The world’s biggest coal port in Newcastle, Australia, is about to get bigger. State approval has come through for an AUD5.0 billion (USD3.6 billion) additional coal loader for Port Waratah Coal Services (PWCS).
The state Planning Department and Planning Assessment Commission gave the new 70-million-tonne capacity T4 terminal the nod subject to comprehensive conditions last week. This is despite some community opposition. However, final approval must first come from the federal government and that is not expected until the end of the year, or more likely early 2016.
PWCS will then have a five-year window to commence construction.
“We look like shipping about another 110 million tonnes this year,” PWCS spokesperson Paul Chamberlain told IHS Maritime on 9 October. “And our current capacity is 140 million tonne. So with the price low and some spare capacity, we may as well wait as we have the five-year window.”
Shipments out of Newcastle dipped to 20-30/week in recent months, but made a comeback this week with 42 coal ships in port for the first time this year, according to the port weekly operations reports.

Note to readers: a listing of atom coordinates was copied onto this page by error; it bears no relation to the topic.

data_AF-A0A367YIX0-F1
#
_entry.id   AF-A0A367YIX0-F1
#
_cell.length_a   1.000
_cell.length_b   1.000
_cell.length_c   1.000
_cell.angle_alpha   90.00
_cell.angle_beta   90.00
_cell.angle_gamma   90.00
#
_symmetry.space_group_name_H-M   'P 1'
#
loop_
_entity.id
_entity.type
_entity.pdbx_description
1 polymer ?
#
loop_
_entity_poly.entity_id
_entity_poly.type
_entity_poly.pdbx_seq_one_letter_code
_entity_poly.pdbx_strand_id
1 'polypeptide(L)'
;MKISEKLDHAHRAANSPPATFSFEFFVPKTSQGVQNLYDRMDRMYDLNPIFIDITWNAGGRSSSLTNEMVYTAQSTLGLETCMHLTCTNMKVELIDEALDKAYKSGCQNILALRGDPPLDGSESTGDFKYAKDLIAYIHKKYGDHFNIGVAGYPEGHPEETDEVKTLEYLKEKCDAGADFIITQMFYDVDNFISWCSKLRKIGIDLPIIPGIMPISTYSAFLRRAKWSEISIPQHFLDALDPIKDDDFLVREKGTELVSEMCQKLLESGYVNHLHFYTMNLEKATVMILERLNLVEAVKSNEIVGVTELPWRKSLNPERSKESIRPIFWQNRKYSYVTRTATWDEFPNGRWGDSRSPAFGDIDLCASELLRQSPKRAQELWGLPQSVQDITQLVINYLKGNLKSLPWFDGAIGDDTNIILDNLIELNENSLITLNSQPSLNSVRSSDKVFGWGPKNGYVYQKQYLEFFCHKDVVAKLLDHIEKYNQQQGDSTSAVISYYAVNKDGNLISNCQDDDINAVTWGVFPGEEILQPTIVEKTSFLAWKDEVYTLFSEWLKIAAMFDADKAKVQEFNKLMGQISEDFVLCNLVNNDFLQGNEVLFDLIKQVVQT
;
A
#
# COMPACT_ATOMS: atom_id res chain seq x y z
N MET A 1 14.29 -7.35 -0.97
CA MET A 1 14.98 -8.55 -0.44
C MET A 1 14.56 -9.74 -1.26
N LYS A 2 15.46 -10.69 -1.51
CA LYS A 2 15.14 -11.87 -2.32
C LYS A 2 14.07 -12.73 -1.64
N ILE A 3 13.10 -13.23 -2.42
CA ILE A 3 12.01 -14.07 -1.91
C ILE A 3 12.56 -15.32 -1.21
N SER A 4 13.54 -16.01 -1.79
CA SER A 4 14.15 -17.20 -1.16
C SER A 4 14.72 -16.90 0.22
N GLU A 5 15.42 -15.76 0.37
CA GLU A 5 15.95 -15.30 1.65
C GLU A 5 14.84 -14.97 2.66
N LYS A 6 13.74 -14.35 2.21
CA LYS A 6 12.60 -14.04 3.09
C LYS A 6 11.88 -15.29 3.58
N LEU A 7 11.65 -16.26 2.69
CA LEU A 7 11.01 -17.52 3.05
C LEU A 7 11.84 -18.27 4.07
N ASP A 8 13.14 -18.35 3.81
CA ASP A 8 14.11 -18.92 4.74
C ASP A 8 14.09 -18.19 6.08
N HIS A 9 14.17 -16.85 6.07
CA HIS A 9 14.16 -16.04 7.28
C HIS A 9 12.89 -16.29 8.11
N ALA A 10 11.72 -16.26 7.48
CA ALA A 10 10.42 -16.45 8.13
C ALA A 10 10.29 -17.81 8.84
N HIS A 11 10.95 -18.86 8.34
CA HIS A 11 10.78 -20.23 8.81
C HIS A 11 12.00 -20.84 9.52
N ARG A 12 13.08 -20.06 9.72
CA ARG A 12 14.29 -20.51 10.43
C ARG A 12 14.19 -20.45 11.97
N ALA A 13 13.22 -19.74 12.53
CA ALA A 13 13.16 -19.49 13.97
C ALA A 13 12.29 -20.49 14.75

Approval for the new terminal has been criticised by environmental groups, with Newcastle’s own local government recently divesting in fossil fuel investments. However, supporters of the project are saying it will bring jobs and economic benefits.
The decision comes as the federal government on 8 October signalled it would not be funding any port and rail infrastructure project for Adani’s proposed Carmichael mine and port expansion in northern Queensland.
This post was sourced from IHS Maritime 360: View the original article here.